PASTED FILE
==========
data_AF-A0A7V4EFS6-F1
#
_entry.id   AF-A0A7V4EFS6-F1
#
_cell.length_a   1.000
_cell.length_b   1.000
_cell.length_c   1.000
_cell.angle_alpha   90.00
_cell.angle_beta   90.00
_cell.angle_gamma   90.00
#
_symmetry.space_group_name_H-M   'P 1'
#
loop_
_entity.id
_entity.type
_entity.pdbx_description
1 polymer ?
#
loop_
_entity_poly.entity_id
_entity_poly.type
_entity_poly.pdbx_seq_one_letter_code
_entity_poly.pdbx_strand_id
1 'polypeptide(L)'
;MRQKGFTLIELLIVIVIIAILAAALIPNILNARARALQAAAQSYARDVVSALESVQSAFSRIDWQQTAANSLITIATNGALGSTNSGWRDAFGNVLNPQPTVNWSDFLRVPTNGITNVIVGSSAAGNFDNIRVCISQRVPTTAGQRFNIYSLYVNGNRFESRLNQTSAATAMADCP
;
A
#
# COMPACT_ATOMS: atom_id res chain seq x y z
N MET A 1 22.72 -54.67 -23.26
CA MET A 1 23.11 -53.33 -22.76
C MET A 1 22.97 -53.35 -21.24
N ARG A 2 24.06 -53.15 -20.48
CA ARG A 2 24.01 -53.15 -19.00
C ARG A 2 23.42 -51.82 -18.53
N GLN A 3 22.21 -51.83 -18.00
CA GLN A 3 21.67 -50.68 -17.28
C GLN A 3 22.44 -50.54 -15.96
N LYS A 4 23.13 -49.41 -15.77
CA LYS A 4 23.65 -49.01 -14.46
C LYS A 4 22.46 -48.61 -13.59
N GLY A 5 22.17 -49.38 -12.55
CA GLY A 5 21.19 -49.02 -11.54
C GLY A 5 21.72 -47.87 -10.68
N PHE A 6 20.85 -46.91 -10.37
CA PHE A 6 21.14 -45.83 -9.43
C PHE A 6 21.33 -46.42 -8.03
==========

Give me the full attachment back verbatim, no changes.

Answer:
data_AF-A0A7V4EFS6-F1
#
_entry.id   AF-A0A7V4EFS6-F1
#
_cell.length_a   1.000
_cell.length_b   1.000
_cell.length_c   1.000
_cell.angle_alpha   90.00
_cell.angle_beta   90.00
_cell.angle_gamma   90.00
#
_symmetry.space_group_name_H-M   'P 1'
#
loop_
_entity.id
_entity.type
_entity.pdbx_description
1 polymer ?
#
loop_
_entity_poly.entity_id
_entity_poly.type
_entity_poly.pdbx_seq_one_letter_code
_entity_poly.pdbx_strand_id
1 'polypeptide(L)'
;MRQKGFTLIELLIVIVIIAILAAALIPNILNARARALQAAAQSYARDVVSALESVQSAFSRIDWQQTAANSLITIATNGALGSTNSGWRDAFGNVLNPQPTVNWSDFLRVPTNGITNVIVGSSAAGNFDNIRVCISQRVPTTAGQRFNIYSLYVNGNRFESRLNQTSAATAMADCP
;
A
#
# COMPACT_ATOMS: atom_id res chain seq x y z
N MET A 1 22.72 -54.67 -23.26
CA MET A 1 23.11 -53.33 -22.76
C MET A 1 22.97 -53.35 -21.24
N ARG A 2 24.06 -53.15 -20.48
CA ARG A 2 24.01 -53.15 -19.00
C ARG A 2 23.42 -51.82 -18.53
N GLN A 3 22.21 -51.83 -18.00
CA GLN A 3 21.67 -50.68 -17.28
C GLN A 3 22.44 -50.54 -15.96
N LYS A 4 23.13 -49.41 -15.77
CA LYS A 4 23.65 -49.01 -14.46
C LYS A 4 22.46 -48.61 -13.59
N GLY A 5 22.17 -49.38 -12.55
CA GLY A 5 21.19 -49.02 -11.54
C GLY A 5 21.72 -47.87 -10.68
N PHE A 6 20.85 -46.91 -10.37
CA PHE A 6 21.14 -45.83 -9.43
C PHE A 6 21.33 -46.42 -8.03